10 25 2014
  5:35 am  
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A house bill that attempts to bring fairness to the way prisoners are represented in Oregon is undergoing changes in the Rules Committee.
Currently, prisoners are counted as residents of the correctional institution in which they are imprisoned, inflating population statistics and inaccurately skewing congressional and local representation in sparsely populated areas where offenders can't vote and rarely stay after they're released, says state Rep. Chip Shields, the bill's main sponsor.
During an introductory hearing last week, the Department of Corrections said it would be difficult to track the permanent addresses of offenders, as many are homeless or renters. A change in the bill's wording would be needed to clarify that the DOC would record an offender's address at the time of their arrest.
This comes at a time in which Oregon prepares to undergo a congressional and legislative redistricting process. This requirement would more accurately reflect congressional and legislative representation across the state, say supporters of the bill.
"They don't count them as residents of their home communities," Shields said. "They count them as residents of communities in which they are incarcerated. This gives more political power to citizens that happen to live next to a correctional institution."
While a person is incarcerated, they do not have voting rights in Oregon. Once an offender is released from prison in this state, their voting rights are then restored. Shields said many people released from prison return to their home counties – as dictated by state law.
The Oregon House Rules Committee held its first public hearing on the bill Monday, where Shields testified that he has received bipartisan support on a bill that is aimed at restoring fairness. He is also personally affected by the bill – of the top three home zip codes for offenders, two of those zip codes are in Shields' district.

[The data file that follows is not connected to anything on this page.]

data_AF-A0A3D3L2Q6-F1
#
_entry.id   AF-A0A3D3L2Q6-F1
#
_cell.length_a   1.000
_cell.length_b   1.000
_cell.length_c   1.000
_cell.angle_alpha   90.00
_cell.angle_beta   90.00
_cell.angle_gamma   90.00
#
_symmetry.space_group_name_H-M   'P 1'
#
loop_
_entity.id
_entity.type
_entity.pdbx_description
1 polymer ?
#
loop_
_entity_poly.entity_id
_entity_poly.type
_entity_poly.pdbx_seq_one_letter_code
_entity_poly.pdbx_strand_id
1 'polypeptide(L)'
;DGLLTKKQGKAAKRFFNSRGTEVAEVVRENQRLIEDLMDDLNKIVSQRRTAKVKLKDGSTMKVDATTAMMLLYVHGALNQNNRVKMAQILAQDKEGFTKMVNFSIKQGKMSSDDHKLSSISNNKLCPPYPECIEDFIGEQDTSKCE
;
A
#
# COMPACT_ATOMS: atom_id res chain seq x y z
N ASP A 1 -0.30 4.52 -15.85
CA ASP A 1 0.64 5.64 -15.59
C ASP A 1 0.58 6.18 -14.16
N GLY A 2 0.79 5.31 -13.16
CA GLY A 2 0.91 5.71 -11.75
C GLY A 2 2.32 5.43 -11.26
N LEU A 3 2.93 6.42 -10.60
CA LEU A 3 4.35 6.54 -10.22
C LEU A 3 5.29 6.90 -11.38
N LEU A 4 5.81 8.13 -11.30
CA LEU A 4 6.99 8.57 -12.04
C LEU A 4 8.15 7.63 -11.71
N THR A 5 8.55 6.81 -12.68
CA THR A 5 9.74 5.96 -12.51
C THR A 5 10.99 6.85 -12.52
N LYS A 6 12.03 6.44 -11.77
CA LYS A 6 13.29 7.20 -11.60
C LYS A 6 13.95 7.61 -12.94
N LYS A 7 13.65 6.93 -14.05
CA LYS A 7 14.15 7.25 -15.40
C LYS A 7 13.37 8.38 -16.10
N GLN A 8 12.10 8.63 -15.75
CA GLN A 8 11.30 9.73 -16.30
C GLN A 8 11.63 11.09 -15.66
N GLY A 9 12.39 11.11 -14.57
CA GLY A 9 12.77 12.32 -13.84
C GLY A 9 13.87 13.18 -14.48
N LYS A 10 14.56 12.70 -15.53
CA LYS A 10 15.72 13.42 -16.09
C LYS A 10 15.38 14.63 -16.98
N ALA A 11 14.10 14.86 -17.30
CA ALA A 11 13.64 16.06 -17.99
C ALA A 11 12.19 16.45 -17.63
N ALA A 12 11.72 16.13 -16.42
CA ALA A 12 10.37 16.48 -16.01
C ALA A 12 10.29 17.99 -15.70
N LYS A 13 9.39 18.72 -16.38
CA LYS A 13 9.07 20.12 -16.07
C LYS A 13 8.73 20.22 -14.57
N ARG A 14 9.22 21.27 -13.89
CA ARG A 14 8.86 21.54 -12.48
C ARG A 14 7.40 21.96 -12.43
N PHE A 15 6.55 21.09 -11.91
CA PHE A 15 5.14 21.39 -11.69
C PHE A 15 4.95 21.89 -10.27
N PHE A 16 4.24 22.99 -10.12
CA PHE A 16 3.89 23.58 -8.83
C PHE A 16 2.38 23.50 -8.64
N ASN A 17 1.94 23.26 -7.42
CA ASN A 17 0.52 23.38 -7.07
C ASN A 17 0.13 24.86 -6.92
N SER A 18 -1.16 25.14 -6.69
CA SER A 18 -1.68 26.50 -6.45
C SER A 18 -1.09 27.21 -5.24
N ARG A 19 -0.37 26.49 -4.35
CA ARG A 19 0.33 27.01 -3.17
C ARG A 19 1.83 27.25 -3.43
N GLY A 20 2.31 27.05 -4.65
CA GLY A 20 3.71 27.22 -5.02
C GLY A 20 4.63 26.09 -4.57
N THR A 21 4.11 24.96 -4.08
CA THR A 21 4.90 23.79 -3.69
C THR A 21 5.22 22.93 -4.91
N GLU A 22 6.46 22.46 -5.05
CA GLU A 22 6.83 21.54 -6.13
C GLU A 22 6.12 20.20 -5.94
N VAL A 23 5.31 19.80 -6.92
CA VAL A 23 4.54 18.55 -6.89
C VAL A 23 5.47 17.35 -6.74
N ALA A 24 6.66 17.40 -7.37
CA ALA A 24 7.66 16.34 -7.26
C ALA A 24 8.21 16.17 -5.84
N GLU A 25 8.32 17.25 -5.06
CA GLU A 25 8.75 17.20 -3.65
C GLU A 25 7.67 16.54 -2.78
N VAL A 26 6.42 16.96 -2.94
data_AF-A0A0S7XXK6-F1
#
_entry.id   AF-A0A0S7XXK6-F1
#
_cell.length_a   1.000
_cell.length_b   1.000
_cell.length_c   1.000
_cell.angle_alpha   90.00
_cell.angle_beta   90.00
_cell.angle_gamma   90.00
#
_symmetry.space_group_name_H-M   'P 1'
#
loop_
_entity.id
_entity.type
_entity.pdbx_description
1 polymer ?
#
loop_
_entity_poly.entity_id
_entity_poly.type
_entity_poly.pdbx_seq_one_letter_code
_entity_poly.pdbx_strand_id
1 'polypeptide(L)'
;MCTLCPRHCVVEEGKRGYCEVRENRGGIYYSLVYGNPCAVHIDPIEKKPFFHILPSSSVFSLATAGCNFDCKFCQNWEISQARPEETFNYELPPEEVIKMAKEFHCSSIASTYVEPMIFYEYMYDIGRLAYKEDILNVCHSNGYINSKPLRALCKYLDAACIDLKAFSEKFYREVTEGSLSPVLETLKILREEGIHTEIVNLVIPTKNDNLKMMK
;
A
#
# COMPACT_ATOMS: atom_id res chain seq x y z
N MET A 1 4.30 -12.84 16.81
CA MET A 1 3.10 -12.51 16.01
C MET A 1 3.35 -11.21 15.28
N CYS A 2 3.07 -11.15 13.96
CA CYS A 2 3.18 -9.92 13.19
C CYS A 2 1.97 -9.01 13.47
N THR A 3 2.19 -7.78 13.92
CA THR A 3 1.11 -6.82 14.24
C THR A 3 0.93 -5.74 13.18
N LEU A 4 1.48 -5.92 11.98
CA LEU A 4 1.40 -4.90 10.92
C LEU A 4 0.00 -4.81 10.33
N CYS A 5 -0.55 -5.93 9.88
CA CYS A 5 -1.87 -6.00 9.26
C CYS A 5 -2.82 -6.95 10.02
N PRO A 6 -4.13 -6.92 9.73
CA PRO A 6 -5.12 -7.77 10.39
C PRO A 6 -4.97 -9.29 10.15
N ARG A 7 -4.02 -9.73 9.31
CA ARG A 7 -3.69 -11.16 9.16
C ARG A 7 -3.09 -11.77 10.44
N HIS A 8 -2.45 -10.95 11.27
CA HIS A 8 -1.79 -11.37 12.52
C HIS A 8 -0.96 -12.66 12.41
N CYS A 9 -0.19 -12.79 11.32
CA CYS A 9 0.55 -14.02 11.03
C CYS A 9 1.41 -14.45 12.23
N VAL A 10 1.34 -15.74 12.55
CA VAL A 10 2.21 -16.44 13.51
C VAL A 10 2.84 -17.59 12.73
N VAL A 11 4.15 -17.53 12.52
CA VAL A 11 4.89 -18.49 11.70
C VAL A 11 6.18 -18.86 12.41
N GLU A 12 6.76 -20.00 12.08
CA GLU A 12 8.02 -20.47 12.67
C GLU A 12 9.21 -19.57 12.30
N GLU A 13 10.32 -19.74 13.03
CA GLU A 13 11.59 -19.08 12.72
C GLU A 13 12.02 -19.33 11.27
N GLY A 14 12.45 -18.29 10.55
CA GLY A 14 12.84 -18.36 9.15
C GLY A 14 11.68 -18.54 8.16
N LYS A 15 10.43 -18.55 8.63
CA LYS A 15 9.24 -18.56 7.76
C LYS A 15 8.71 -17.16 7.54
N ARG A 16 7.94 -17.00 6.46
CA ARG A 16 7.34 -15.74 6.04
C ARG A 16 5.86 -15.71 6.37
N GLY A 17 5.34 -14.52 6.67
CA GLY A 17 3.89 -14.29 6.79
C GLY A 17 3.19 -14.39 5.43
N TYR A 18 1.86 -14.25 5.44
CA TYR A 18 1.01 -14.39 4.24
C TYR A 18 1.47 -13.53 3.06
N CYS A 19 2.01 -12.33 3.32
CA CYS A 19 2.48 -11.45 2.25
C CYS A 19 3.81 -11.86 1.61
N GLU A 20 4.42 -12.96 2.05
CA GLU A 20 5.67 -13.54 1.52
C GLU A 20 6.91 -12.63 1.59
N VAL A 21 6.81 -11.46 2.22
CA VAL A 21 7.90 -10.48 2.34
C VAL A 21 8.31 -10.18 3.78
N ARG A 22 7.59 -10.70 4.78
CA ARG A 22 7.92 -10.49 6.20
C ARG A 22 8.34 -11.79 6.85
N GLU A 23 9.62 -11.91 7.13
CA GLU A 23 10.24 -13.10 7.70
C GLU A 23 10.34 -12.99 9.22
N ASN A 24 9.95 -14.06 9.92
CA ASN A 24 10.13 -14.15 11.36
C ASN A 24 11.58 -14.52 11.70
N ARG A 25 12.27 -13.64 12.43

Republican Rep. Bob Jenson said he found the bill to be the "antithesis of fairness."
"The overwhelming majority of people who are incarcerated come out of the most populace part of the state," he said. "Particularly Multnomah County."
Jenson said he opposed the bill because it could cost the Republican Party seats in the House – possibly his own.
"It would increase the division between the two parties in this chamber by one vote. One person," he said. "This would obviously cause me great concern."
Jenson represents Pendleton, Ore., home to the Eastern Oregon Correctional Institution, a 1,600-bed prison that is the city's fourth largest employer.
This issue is not just a regional one. The Prison Policy Initiative has documented the Census Bureau's counting of prisoners as members of a community. They found that in New York in the 1990s, two out of every three people to move to upstate New York was a prisoner. They say this has created districts that would otherwise be illegal under federal law.
Janice Thompson of Democracy Reform Oregon said the system is unfair to voters, and House Bill 2930 would restore fairness to the system.
"It counts people where they can vote," she said. "You don't count people where they can't vote."
She said she has researched other states and found that in some prison communities, there is a huge imbalance in city or county level representation.
"In (Anamosa) Iowa, there's a prison in one ward where about 50 voters are represented by one city council member, compared to 1,500 in another," she said.  
Rep. Chris Edwards, a Democrat who represents a district encompassing west Eugene, said he thought the implications on local races was interesting.
"As somebody whose district will be the recipient of a prison soon, I hadn't thought about the local level and how much difference that could make in a county commission race where we have 5 county commissioners and X number of (prisoners) concentrated in one area," he said. "The effect would certainly be more profound. Not just a shift in one area of the state to another, but actually people that potentially never resided in the county at all. It seems even more obtuse to me."

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